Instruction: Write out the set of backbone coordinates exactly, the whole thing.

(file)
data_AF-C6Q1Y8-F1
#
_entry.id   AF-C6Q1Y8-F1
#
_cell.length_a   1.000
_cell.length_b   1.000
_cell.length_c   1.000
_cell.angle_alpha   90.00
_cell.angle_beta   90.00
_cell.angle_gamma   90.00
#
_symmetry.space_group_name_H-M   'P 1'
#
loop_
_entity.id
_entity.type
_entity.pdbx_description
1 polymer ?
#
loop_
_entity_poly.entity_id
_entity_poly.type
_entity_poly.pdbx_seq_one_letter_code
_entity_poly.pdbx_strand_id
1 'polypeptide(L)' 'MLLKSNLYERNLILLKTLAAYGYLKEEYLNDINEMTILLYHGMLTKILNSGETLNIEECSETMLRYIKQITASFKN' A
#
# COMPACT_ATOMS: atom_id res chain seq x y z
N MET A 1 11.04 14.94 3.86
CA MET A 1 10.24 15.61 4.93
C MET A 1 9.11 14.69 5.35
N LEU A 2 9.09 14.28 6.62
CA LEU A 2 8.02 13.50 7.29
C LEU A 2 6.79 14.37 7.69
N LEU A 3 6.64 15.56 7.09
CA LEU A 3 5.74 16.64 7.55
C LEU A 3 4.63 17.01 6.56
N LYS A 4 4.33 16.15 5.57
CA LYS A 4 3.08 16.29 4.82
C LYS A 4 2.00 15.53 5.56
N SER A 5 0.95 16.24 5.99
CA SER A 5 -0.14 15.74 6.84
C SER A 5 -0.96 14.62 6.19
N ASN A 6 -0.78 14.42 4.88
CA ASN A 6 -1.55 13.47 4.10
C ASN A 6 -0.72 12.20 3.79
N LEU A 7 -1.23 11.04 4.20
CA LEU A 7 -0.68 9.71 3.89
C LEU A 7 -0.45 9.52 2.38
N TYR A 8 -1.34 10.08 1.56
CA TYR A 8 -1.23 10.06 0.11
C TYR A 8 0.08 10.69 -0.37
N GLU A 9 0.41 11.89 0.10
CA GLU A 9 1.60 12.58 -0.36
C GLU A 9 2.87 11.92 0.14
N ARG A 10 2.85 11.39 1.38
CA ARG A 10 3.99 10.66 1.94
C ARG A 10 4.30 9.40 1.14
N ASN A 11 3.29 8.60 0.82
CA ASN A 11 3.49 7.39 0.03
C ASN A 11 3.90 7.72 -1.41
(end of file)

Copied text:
data_AF-C6Q1Y8-F1
#
_entry.id   AF-C6Q1Y8-F1
#
_cell.length_a   1.000
_cell.length_b   1.000
_cell.length_c   1.000
_cell.angle_alpha   90.00
_cell.angle_beta   90.00
_cell.angle_gamma   90.00
#
_symmetry.space_group_name_H-M   'P 1'
#
loop_
_entity.id
_entity.type
_entity.pdbx_description
1 polymer ?
#
loop_
_entity_poly.entity_id
_entity_poly.type
_entity_poly.pdbx_seq_one_letter_code
_entity_poly.pdbx_strand_id
1 'polypeptide(L)' 'MLLKSNLYERNLILLKTLAAYGYLKEEYLNDINEMTILLYHGMLTKILNSGETLNIEECSETMLRYIKQITASFKN' A
#
# COMPACT_ATOMS: atom_id res chain seq x y z
N MET A 1 11.04 14.94 3.86
CA MET A 1 10.24 15.61 4.93
C MET A 1 9.11 14.69 5.35
N LEU A 2 9.09 14.28 6.62
CA LEU A 2 8.02 13.50 7.29
C LEU A 2 6.79 14.37 7.69
N LEU A 3 6.64 15.56 7.09
CA LEU A 3 5.74 16.64 7.55
C LEU A 3 4.63 17.01 6.56
N LYS A 4 4.33 16.15 5.57
CA LYS A 4 3.08 16.29 4.82
C LYS A 4 2.00 15.53 5.56
N SER A 5 0.95 16.24 5.99
CA SER A 5 -0.14 15.74 6.84
C SER A 5 -0.96 14.62 6.19
N ASN A 6 -0.78 14.42 4.88
CA ASN A 6 -1.55 13.47 4.10
C ASN A 6 -0.72 12.20 3.79
N LEU A 7 -1.23 11.04 4.20
CA LEU A 7 -0.68 9.71 3.89
C LEU A 7 -0.45 9.52 2.38
N TYR A 8 -1.34 10.08 1.56
CA TYR A 8 -1.23 10.06 0.11
C TYR A 8 0.08 10.69 -0.37
N GLU A 9 0.41 11.89 0.10
CA GLU A 9 1.60 12.58 -0.36
C GLU A 9 2.87 11.92 0.14
N ARG A 10 2.85 11.39 1.38
CA ARG A 10 3.99 10.66 1.94
C ARG A 10 4.30 9.40 1.14
N ASN A 11 3.29 8.60 0.82
CA ASN A 11 3.49 7.39 0.03
C ASN A 11 3.90 7.72 -1.41